This morning (Easter Sunday, April 16, 2017), my pastor David Strain preached from 1 Timothy 3:14-16, a passage that has been a special interest to me for a number of years. It was an excellent message and brought out many things that I have missed before, and offered superb illustrations of several points that helped me grasp the significance of the text better.
One of the phrases in this text that I have long pondered (and have been not a little baffled by, and uncertain of how to explain or express) is “By common confession, great is the mystery of godliness” (1Timothy 3:16 NASB). What does Paul mean by “great is the mystery of godliness”? This phrase (“μέγα ἐστὶν τὸ τῆς εὐσεβείας μυστήριον·”) is translated variously by modern commentators and versions. The NIV, for instance, indicates my query by rendering the phrase: “the mystery from which true godliness springs is great.” The NRSV says: “the mystery of our religion is great.” While J.N.D. Kelly translates following more closely the word order of the Greek: “great is the mystery of our religion.”
So what does Paul mean by “godliness” here? Does he mean by “godliness” something like “sanctification,” as in “great is the mystery of how we grow in godliness or how we become godly” – in other words, is he thinking about the process of our growth? Or is he thinking about the subjective result of God’s saving work for and in us to make us godly, as in “great is the mystery that we are or have become godly.” Or does he mean by “godliness” something objective to us like our “religion” or “the faith” (cf. v. 9) or “the truth” (cf. v. 15)?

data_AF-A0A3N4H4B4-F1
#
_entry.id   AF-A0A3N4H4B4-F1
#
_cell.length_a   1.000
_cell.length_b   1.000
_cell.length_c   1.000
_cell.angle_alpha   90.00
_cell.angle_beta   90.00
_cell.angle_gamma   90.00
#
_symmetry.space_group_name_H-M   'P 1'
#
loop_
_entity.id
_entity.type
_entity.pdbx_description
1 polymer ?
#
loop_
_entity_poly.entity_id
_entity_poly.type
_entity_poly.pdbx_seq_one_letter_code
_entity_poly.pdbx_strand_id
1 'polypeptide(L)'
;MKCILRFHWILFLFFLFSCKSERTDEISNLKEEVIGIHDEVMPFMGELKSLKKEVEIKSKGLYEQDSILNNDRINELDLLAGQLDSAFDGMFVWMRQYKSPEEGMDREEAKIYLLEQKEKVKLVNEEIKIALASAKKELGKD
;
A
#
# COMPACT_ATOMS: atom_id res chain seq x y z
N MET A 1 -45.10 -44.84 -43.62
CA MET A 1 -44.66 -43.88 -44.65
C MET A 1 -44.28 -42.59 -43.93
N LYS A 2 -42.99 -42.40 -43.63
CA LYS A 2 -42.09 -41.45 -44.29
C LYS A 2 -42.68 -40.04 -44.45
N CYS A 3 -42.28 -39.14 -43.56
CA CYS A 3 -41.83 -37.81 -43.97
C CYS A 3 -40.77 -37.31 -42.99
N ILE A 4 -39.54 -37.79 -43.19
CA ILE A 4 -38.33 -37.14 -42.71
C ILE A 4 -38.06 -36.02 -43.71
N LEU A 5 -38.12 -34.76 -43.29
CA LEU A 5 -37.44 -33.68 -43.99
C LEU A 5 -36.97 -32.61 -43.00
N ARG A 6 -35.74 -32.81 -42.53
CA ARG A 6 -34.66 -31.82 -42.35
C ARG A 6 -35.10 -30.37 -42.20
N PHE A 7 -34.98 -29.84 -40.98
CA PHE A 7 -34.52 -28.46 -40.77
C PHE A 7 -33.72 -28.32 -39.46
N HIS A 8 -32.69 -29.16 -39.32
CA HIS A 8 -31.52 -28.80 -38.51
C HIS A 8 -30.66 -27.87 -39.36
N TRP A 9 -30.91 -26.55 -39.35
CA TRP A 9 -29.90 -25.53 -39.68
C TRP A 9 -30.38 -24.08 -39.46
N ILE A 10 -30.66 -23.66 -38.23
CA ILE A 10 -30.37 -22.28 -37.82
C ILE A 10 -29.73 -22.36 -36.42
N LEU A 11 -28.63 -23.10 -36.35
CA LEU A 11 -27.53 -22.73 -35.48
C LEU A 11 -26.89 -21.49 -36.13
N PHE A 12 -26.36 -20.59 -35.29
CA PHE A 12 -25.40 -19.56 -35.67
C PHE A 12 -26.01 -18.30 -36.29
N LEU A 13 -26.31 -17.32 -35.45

And then, what does the whole phrase mean? That godliness is a big mystery? Or that godliness is based on a great mystery?
Interestingly not many commentators camp on this question. Maybe the answer seems obvious to them, but I’m a slow learner! I found some help from George Knight and J.N.D Kelly though. Kelly, commenting on 1 Timothy 3:16a, says:
As in 9 above, the mystery stands for God’s redemptive plan which has been kept secret from all ages but has now been revealed. The original of our religion is the Gk. eusebeia, so characteristic of the Pastorals: see note on 2:2. The whole phrase, which for all intents and purposes is equivalent to ‘the mystery of faith’ in 9 and ‘the truth’ in 15, might be paraphrased, ‘The saving revelation which lies behind, and finds expression in, Christian faith and life’. [Kelly, J. N. D. (1963). The pastoral epistles (pp. 88–89). London: Continuum.]
So, that’s how he puts “the mystery of godliness” (“τὸ τῆς εὐσεβείας μυστήριον·”) “The saving revelation which lies behind, and finds expression in, Christian faith and life.” That is extremely helpful to me. The “mystery,” as elsewhere in Paul, is something that was once concealed but now revealed. The “mystery” then is “the saving revelation of God in Christ” – which fits perfectly with what follows this statement: “He who was revealed in the flesh, Was vindicated in the Spirit, Seen by angels, Proclaimed among the nations, Believed on in the world, Taken up in glory.” (1Timothy 3:16b NASB)